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 Posted:   May 24, 2020 - 9:15 PM   
 By:   VeronicaMars   (Member)

Rich, a memory stick, flash drive, thumb drive, are names for the same thing. They are solid state memory types (no moving parts), usually with a USB plug. Just google the names and you'd find that out.

Your blu-ray or TV manuals will indicate if they play music thru your USB port, and which formats. The blu-ray player is probably compatible with many formats. The manuals might also indicate if they display folders. Or you could buy a cheap thumb drive and test it with some music - assuming you have a way (eg computer) to transfer music to it. And you still need to decide what format you ultimately want to save the music in.

Given your desire to keep things simple and low-tech, I strongly suggest cdr duplicates. It's also pragmatic: if a memory device stops working, you've lost everything. If one cdr craps out, it won't effect the other 199 cdrs. Quality blank cdrs are cheap, and you can store them in three 80-cd wallets that fit on a bookshelf like a fat book.


That's some great work you did, but for me, CDrs are not the way I want to go. I would simply prefer hundreds of hours on a media device that I could plug in and play. Perhaps even use a "random play" function. wink

Regardless, the main thing is selling my CDs. Having back-ups is a bonus to me.

I get the feeling that no one will bite unless I post what titles I have available? That, in and of itself, will be time consuming, as I've never written/typed them out before. I simply need to stop procrastinating!

Richard G.


Nothing wrong with procastinating. It's a very important decision and it is hard to give up somethings you like. I know I've had to do it in the past and luckily reacquired them over the years.

A word of advice. CDR's are the way to go and not just a USB. You should have a hard copy of something just in case like you do your CD's in case of anything. So I would not dismiss that. unless you're planning to get a second hard drive or USB to back up what you have already.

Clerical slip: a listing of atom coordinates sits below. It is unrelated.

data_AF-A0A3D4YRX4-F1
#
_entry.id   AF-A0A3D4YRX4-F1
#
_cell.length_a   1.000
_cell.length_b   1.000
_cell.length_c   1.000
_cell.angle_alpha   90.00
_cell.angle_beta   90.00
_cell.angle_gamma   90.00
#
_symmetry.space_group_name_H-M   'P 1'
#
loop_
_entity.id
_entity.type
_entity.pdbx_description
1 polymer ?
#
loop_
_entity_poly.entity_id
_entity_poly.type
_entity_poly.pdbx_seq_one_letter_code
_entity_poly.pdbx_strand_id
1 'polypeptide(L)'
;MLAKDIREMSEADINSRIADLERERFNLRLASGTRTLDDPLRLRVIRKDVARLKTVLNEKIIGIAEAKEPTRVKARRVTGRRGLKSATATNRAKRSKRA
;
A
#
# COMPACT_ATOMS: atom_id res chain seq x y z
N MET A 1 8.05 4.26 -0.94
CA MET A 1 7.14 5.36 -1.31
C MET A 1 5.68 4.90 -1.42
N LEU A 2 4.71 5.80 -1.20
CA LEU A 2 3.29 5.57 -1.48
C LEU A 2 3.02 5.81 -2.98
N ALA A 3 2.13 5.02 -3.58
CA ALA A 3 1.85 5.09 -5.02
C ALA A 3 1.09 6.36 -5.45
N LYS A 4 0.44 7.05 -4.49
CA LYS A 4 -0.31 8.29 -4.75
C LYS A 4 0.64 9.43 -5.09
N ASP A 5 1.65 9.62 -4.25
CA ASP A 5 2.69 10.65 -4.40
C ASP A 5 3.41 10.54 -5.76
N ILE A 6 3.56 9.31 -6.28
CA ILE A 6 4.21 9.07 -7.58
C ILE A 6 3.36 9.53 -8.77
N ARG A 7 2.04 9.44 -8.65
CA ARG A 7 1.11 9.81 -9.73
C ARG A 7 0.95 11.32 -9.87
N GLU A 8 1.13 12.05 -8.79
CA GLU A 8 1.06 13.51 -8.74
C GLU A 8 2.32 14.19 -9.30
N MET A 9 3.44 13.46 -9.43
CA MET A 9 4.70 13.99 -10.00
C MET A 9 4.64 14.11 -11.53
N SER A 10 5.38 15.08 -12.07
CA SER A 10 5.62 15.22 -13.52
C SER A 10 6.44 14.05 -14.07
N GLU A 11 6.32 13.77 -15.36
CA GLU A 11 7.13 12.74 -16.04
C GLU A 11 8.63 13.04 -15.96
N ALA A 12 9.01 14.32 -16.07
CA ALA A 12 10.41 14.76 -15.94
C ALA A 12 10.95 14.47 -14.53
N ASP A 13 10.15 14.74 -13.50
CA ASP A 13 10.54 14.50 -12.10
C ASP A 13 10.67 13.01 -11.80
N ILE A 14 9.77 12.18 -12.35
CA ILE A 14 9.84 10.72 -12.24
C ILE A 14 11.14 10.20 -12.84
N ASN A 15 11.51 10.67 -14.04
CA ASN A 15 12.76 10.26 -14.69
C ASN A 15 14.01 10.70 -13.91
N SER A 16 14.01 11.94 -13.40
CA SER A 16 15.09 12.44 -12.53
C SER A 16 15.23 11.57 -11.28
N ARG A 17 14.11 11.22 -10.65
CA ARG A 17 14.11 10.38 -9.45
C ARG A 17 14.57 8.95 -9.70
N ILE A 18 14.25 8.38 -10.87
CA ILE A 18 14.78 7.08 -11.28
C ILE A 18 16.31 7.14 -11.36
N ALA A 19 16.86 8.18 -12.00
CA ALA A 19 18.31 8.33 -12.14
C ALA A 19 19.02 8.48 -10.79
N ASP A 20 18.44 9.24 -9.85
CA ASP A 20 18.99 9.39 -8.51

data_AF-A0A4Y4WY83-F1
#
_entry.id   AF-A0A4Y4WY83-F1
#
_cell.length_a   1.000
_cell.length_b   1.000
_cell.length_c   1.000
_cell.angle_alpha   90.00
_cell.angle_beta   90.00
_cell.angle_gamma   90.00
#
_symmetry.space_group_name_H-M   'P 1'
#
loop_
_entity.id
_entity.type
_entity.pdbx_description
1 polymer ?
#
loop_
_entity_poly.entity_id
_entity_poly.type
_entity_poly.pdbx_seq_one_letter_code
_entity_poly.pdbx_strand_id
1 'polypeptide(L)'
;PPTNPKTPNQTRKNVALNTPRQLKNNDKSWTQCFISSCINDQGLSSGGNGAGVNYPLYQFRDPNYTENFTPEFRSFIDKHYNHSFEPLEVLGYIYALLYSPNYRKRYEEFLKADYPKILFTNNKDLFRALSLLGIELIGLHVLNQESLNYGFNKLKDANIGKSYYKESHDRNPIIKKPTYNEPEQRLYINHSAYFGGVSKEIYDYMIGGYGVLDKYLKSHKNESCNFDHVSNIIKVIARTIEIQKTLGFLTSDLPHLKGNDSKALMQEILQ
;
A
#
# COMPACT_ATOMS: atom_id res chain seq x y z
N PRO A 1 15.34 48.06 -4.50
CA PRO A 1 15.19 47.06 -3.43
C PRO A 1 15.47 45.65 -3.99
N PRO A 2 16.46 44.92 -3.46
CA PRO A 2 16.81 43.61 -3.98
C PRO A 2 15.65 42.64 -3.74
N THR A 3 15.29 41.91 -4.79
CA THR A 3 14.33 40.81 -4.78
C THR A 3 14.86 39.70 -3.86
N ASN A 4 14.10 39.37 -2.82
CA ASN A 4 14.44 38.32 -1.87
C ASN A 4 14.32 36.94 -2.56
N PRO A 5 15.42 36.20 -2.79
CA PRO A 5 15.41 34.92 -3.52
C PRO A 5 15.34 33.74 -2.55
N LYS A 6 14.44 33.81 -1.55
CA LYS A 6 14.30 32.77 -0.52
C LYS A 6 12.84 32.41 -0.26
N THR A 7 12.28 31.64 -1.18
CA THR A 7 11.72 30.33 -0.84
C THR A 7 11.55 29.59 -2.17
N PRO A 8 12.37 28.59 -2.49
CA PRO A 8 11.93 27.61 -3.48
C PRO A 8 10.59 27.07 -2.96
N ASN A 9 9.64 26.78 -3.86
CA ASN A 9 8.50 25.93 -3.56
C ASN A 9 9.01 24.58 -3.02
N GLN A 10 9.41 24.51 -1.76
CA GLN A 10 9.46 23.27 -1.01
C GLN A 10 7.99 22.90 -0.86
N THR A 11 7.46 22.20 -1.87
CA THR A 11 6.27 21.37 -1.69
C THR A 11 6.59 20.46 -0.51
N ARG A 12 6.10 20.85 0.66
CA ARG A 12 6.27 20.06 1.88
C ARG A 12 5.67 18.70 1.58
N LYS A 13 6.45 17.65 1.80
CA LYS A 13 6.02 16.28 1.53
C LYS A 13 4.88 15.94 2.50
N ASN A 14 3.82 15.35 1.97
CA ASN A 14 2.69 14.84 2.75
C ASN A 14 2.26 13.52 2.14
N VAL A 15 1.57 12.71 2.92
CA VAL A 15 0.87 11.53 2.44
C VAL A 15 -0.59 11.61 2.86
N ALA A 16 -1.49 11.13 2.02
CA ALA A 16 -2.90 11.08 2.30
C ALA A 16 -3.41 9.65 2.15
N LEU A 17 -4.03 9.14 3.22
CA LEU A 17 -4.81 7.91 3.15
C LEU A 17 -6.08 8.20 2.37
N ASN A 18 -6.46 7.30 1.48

Having a list helps and set plan for prices that way you can get a gauge of who would buy the CDs you're listing for that particular price. The other option, if you someone has a want list of titles, have them send it via email to you and if you have the CD, then negotiate a price that's acceptable for both parties and go from there. I know I have a small want list personally like most on this site do so that helps your case. It's the only approaches you have at this point.

Just do your best and you'll see some good results.

 
 Posted:   May 25, 2020 - 8:46 AM   
 By:   Last Child   (Member)

I get the feeling that no one will bite unless I post what titles I have available? That, in and of itself, will be time consuming, as I've never written/typed them out before. I simply need to stop procrastinating!

Richard G.


Easier than typing (unless you have voice-recognition software) is make stacks of CDs and take sharp photos of the spines. Organizing the stacks would help, either by asking price, composer, label, or genre. Examples on ebay can be found searching for "music cd lot":

https://www.ebay.com/itm/Music-CDs-Lot-Various-CDs-Discount-for-multiple-orders/202998732220?hash=item2f43aad5bc:m:mjSuGeh01J4FFyguDiC-xnw

 
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